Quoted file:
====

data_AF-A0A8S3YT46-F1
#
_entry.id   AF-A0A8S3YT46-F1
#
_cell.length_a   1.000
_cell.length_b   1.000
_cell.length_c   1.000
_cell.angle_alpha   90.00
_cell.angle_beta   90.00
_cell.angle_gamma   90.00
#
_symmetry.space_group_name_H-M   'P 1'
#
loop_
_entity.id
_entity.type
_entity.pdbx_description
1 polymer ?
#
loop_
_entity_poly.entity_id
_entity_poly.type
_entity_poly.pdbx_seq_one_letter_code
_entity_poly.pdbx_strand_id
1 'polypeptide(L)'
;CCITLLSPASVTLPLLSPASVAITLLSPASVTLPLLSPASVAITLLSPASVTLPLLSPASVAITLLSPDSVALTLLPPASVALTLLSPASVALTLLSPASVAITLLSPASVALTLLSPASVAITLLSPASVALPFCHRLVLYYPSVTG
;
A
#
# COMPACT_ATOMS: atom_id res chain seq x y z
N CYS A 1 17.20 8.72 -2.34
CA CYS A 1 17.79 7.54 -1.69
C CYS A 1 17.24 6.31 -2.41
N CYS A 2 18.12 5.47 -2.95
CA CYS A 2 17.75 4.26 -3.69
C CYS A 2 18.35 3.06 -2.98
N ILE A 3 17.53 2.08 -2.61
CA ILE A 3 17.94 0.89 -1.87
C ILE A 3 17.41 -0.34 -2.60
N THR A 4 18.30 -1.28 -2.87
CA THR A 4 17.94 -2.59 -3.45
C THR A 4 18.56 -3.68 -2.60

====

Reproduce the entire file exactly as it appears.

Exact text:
data_AF-A0A8S3YT46-F1
#
_entry.id   AF-A0A8S3YT46-F1
#
_cell.length_a   1.000
_cell.length_b   1.000
_cell.length_c   1.000
_cell.angle_alpha   90.00
_cell.angle_beta   90.00
_cell.angle_gamma   90.00
#
_symmetry.space_group_name_H-M   'P 1'
#
loop_
_entity.id
_entity.type
_entity.pdbx_description
1 polymer ?
#
loop_
_entity_poly.entity_id
_entity_poly.type
_entity_poly.pdbx_seq_one_letter_code
_entity_poly.pdbx_strand_id
1 'polypeptide(L)'
;CCITLLSPASVTLPLLSPASVAITLLSPASVTLPLLSPASVAITLLSPASVTLPLLSPASVAITLLSPDSVALTLLPPASVALTLLSPASVALTLLSPASVAITLLSPASVALTLLSPASVAITLLSPASVALPFCHRLVLYYPSVTG
;
A
#
# COMPACT_ATOMS: atom_id res chain seq x y z
N CYS A 1 17.20 8.72 -2.34
CA CYS A 1 17.79 7.54 -1.69
C CYS A 1 17.24 6.31 -2.41
N CYS A 2 18.12 5.47 -2.95
CA CYS A 2 17.75 4.26 -3.69
C CYS A 2 18.35 3.06 -2.98
N ILE A 3 17.53 2.08 -2.61
CA ILE A 3 17.94 0.89 -1.87
C ILE A 3 17.41 -0.34 -2.60
N THR A 4 18.30 -1.28 -2.87
CA THR A 4 17.94 -2.59 -3.45
C THR A 4 18.56 -3.68 -2.60